Each dollar (per worker) of static tax losses raises wages by [more than one dollar] It’s always greater than one… A number greater than one does not mean you’re a moron, incapable of addition, a stooge of the corporate class, etc.
This is also a lovely little example for people who decry math in economics. At a verbal level, who knows? It seems plausible that a $1 tax cut could never raise wages by more than $1. Your head swims. A few lines of algebra later, and the argument is clear. You could never do this verbally.
For the other side of the controversy, see Mark Thoma.
Let me swindle you with the following example.
1. We have the GDP factory, with two workers, A and B.
2. Each worker faces a different tax rate on wages.
3. The pre-tax wage of worker A is fixed. It cannot change.
4. (a) Each worker stays fully employed. (b) That means that the ratio of the marginal product of worker A to the marginal product of worker B must remain constant.* (c) That means that the ratio of the after-tax wage of worker A to the after-tax wage of worker B must remain constant.
*That ratio is completely determined by the production function, which is given, and by the quantities used of the two workers, which are fixed at full employment.
OK, now we cut the tax rate for worker A. What happens to the pre-tax wage of worker B?
At the fixed pre-tax wage of worker A, the after-tax wage for worker A goes up. Because of 4(c), that means that the after-tax wage of worker B must go up. The only way that can happen is if the pre-tax wage of worker B goes up. And to get worker B’s after-tax wage to go up by, say $1, you have to raise worker B’s pre-tax wage by more than $1. So worker B gets a big raise.
Substitute “capital” for worker A, “the interest rate” for worker A’s wage, and the corporate income tax for worker A’s tax rate, and I think you have the story that everyone is talking about.
But this is a swindle. We have fixed both the quantity and price of worker A. Taking worker A to be capital, the fixed supply is plausible because you think “how can we instantly adjust the supply of capital?” The wage, er, interest rate is fixed because, well, we know that the world interest rate is given, right?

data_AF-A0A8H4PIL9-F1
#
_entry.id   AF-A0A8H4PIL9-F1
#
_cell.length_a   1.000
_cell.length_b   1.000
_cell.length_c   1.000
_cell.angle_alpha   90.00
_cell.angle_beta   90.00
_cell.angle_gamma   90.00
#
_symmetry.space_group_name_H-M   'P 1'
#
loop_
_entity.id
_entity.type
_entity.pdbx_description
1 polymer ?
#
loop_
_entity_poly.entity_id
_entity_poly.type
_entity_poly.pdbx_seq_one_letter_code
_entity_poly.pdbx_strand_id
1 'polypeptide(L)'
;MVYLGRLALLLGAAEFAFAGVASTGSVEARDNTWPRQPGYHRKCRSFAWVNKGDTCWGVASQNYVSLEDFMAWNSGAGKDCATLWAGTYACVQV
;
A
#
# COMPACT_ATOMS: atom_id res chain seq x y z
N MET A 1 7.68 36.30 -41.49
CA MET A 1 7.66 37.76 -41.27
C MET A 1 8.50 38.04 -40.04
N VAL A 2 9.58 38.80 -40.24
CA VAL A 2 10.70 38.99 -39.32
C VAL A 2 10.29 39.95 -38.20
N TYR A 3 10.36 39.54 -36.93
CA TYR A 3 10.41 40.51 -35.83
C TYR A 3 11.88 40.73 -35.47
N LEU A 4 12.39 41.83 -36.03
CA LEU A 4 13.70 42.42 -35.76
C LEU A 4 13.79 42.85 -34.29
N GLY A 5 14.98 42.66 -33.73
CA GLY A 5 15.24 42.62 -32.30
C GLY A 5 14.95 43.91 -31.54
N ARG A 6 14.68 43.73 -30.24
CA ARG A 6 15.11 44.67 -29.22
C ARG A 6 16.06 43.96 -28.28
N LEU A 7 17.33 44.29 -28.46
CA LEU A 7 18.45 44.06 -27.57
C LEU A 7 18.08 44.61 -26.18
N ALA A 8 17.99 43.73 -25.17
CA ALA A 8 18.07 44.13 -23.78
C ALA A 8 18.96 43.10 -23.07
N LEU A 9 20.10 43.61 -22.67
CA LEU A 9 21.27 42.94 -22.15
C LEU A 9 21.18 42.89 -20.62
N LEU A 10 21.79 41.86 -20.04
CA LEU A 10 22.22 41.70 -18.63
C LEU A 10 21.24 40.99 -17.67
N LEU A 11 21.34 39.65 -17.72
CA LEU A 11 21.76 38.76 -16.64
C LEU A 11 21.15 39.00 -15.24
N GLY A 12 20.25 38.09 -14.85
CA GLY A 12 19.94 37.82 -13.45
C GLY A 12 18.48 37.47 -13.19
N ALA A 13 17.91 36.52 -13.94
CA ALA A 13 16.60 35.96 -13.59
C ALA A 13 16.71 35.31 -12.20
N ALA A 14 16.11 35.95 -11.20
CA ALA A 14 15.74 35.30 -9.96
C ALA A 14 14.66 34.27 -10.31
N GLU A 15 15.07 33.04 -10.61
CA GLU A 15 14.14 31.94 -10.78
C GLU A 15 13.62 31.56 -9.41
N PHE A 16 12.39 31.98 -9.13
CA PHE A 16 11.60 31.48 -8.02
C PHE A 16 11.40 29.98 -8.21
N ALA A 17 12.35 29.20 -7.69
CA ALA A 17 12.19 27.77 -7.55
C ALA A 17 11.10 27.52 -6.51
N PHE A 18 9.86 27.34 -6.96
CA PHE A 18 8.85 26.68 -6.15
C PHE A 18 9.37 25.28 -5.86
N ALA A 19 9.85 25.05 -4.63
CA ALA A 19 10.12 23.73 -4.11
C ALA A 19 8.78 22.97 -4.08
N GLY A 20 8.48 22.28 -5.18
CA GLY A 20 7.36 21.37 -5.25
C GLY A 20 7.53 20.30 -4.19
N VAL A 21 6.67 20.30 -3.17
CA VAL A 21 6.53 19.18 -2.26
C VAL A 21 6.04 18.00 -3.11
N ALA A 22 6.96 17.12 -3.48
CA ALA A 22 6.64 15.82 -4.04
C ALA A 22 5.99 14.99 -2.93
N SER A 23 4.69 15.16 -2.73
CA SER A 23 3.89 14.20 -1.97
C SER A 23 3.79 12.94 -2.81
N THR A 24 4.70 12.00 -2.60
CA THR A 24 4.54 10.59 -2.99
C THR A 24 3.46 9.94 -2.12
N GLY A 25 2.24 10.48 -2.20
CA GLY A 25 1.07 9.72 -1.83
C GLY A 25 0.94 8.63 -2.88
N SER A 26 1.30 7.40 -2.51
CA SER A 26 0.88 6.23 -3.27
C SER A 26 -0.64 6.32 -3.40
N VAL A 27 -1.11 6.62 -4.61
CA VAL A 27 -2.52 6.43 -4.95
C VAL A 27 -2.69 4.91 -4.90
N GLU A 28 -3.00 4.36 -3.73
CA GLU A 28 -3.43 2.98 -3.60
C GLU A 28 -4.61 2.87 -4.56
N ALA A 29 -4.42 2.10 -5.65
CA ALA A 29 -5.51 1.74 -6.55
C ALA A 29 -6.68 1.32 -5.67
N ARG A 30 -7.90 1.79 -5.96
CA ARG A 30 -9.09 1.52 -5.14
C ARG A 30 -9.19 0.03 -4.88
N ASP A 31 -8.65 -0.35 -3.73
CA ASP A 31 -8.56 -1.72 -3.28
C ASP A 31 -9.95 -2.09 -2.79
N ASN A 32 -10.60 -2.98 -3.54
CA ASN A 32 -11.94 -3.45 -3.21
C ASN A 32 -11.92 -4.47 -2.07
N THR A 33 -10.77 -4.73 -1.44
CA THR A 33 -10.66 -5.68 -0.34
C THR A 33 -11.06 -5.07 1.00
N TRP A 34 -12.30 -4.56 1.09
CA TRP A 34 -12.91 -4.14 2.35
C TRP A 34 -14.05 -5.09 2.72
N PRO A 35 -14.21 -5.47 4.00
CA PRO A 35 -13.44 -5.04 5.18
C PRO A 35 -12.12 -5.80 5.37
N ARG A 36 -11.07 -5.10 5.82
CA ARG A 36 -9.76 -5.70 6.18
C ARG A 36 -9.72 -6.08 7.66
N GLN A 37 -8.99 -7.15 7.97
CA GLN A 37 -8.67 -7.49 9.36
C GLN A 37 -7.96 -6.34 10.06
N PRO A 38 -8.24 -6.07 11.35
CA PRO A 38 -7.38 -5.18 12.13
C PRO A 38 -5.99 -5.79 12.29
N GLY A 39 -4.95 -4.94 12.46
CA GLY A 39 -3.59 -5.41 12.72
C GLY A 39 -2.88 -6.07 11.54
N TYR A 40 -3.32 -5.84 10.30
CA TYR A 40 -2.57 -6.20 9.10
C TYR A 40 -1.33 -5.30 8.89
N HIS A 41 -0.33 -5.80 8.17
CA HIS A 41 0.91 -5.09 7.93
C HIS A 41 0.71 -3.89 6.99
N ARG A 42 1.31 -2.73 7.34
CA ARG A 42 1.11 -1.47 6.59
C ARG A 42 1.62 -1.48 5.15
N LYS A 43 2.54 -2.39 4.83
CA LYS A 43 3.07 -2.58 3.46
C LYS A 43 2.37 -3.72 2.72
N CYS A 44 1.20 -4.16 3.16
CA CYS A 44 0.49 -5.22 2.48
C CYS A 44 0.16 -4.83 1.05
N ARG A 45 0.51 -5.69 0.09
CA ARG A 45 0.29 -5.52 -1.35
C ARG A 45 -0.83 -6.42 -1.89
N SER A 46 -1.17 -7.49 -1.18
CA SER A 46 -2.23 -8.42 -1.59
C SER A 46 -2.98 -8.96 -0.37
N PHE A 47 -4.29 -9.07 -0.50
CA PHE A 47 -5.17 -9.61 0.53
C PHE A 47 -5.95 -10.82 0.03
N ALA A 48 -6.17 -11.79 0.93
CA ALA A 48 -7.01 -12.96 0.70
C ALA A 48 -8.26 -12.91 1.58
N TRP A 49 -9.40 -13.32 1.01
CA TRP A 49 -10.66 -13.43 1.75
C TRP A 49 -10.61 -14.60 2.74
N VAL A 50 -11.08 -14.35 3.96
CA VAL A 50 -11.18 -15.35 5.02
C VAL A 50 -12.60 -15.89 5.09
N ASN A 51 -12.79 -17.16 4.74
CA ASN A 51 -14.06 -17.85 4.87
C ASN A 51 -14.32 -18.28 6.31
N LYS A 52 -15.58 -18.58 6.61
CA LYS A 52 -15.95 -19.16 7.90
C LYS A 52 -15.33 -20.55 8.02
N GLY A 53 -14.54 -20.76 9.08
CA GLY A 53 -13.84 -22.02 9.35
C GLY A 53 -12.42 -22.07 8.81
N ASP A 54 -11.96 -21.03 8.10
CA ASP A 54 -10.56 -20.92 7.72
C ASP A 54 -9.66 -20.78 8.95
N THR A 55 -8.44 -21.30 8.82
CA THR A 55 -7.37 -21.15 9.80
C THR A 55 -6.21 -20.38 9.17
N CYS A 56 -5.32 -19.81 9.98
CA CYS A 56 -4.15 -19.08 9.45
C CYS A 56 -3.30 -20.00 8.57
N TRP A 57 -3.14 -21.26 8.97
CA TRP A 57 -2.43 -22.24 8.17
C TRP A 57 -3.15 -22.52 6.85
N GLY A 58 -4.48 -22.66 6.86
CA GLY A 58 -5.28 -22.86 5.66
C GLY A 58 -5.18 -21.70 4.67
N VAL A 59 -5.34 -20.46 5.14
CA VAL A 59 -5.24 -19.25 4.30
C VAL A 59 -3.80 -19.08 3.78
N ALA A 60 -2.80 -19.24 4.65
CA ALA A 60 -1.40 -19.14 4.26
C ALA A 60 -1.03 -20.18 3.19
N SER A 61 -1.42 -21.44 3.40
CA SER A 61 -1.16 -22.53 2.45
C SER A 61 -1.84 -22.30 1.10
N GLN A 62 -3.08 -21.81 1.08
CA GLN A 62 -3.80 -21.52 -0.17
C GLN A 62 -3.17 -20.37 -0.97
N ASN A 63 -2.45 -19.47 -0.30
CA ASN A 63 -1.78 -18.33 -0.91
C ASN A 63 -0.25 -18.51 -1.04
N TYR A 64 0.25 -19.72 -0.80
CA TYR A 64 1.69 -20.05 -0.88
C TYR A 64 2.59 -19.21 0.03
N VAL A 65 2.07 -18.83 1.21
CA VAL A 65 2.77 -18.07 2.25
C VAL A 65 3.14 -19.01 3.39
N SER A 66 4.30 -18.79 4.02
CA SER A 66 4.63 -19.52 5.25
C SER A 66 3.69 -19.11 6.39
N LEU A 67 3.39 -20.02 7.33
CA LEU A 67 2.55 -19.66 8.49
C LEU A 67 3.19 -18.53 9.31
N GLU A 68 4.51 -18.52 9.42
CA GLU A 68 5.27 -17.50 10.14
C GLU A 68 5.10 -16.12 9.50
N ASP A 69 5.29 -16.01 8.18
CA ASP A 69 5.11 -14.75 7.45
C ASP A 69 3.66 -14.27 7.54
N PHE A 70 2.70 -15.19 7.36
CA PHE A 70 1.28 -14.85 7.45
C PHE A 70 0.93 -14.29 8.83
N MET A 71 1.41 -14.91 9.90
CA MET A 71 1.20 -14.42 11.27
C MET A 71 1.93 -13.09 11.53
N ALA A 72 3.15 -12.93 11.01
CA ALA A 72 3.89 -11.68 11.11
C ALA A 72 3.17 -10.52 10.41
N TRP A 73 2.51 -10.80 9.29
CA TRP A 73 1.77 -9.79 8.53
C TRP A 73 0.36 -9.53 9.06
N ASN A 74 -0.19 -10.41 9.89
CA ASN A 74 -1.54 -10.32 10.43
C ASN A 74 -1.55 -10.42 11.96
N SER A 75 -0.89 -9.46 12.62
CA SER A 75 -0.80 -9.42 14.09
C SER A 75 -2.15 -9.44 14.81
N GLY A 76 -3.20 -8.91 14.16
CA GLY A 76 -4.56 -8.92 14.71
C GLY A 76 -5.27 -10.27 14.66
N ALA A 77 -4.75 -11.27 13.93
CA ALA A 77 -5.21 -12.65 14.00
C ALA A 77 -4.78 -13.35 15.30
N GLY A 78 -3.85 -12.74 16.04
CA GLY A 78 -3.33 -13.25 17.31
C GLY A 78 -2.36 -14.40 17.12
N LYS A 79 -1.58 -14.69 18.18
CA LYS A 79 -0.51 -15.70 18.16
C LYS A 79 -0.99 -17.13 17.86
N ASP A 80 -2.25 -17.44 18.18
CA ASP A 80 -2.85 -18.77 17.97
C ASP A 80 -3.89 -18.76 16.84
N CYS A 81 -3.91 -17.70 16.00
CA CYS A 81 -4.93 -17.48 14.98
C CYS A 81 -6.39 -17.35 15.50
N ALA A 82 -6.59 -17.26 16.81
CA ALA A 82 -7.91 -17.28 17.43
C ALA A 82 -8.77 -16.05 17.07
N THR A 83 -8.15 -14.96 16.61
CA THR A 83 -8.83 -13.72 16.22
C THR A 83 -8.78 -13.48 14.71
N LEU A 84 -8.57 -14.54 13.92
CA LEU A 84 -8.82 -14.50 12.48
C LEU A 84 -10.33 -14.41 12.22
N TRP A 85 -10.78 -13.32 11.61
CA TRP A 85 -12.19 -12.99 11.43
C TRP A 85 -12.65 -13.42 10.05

But it cannot be right. A fixed wage suggests a perfectly elastic supply. A fixed quantity suggests a perfectly inelastic supply. There is a contradiction between 3 and 4(a).
The larger issue is that the simple model of a GDP factory with two factors of production and full employment is just silly. And even though other models add enough complexity to require computers to solve, they are also just silly.
There are many types of capital, which is what creates all of the lobbying and infighting over corporate taxes to begin with. There are also many types of labor, which substitute for and complement with the various types of capital in different ways. Adjustment takes time, and not all types of capital and labor are continuously employed. Over time, there is innovation, some of which is exogenous and some of which is in response to the tax change. The supply of each type of capital and each type of labor is neither perfectly elastic nor perfectly inelastic (and certainly not both!).
The moral of the story, in my view, is that forecasting the impact of economic policy is not a science. We know that, but then people demand a forecast, and they turn to a CBO “score” as if it were the final word on the subject. I have a forthcoming essay on the mis-use of CBO scores.